As an only child I started writing early. My first work of fiction was a story about Richard I's minstrel, Blondel, written in school notebooks. Neglecting set homework for my own projects, I did not thrive at school. Around the age of fourteen I discovered the novels of Mary Renault, set in ancient Greece, and fell in love with historical fiction, reading avidly when I should have been revising for exams. The upshot was a course in window dressing, in the 60s, at a college perilously close to Carnaby Street, the Marquee Club and Tiles disco. I was too distracted to thrive at college, although it was there that I was introduced to a life-changing book called The Hobbit by a wise tutor, weary of telling me off for not doing what I should be doing, which was copying elongated figures from mail order catalogues as an exercise in using water colour. In sending me to the library forThe Hobbit he was signalling that a) he had given up, and b) that he secretly admired my illuminated borders around pictures of women in pyjamas.
Although I hated that college, it was the source of two other major influences of my adult life: photography and the Renaissance. The latter was covered in one session of the art history module, but it was enough to show me that somewhere in the past - and not too long ago - there had been a very bright and beautiful light.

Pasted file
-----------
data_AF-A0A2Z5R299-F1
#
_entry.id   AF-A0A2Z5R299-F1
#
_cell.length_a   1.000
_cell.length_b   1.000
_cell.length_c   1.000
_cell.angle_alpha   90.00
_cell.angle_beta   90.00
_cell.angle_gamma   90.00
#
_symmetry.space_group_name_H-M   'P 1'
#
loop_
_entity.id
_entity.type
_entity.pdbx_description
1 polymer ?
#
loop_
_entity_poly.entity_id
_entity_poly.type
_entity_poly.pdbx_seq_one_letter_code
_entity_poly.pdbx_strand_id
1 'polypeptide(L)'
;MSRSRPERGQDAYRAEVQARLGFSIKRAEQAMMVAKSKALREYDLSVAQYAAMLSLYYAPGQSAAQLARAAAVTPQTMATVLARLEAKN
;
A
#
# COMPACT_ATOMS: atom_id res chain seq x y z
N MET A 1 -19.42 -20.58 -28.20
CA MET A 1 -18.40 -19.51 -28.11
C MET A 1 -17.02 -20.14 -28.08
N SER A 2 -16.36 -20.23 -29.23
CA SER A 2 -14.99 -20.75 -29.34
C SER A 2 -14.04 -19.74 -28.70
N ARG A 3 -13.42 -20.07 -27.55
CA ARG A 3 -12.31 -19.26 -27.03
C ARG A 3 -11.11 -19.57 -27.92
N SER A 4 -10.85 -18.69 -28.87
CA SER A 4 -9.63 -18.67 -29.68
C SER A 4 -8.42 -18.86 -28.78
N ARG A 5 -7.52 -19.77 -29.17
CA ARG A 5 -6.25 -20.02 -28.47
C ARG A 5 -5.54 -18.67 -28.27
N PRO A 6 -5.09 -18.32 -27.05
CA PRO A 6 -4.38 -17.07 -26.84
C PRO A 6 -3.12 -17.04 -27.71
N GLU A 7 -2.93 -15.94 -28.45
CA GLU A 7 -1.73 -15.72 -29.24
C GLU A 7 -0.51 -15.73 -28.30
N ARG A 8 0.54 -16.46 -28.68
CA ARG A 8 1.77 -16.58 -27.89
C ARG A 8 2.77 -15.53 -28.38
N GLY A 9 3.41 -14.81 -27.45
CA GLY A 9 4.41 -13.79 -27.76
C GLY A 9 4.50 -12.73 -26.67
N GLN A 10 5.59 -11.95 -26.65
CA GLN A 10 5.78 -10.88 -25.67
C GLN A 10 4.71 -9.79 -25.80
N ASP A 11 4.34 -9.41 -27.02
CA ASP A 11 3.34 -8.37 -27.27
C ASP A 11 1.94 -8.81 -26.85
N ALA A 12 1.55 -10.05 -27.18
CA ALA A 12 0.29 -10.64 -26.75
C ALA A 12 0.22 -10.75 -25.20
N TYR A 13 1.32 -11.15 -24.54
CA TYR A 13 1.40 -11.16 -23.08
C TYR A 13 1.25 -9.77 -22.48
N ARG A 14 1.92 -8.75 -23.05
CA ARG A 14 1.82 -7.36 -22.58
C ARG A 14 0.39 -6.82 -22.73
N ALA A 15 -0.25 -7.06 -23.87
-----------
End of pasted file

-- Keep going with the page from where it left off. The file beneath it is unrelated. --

Most of my working life I was a freelance picture researcher. It was the Golden Age of coffee table books - great big tomes lavishly illustrated - and it was the best job in the world. The skill was stripped out by new technology at the turn of the century (a careful look at the history of publication will show a corresponding diminution in what we might call visual literacy. It's all colour-saturated and digitally enhanced these days, to the point where we're beginning to stop looking. But I digress.
Giving up picture research, I became a tutor in creative writing, mainly for American students on programmes in Oxford colleges. I was also an editor with The Writers' Workshop, reading, analysing and suggesting improvements in submitted manuscripts. In 2003 I founded Godstow Press with my husband, David. Allison and Busby, who had initially published A Tabernacle for the Sun, had changed hands and the new crew did not want Pallas and the Centaur. I was stuck. No publisher was going to be interested in the second part of a trilogy. At the same time, my agent retired. Having spent my life in publishing, if I didn't know how to do something, I sure knew who to ask, and so we made the digital revolution work for us and launched our new venture with Pallas, soon followed by a new edition of Tabernacle when the rights came free from A&B. Pallas was sold on subscription, a practice common in the 18th century, and we'd covered our costs in just three months.
When The Botticelli Trilogy was completed with the publication of The Rebirth of Venus, I fell into a hole. I'd been on the project for over thirty years and had no idea what to do next. A couple of friends saved me with an idea which became A Gift for the Magus, due to be published 2012. What's next? Well, it looks like it's Roman Britain.
I have a couple of blogs that may be of interest:
http://gooseways.wordpress.com - comments on life in general, enthusiasms and gripes.
http://lindaproud.wordpress.com - Writing Historical Fiction - everything from writing tips to trying to get a feel for the past through the rhythms of the agricultural calendar.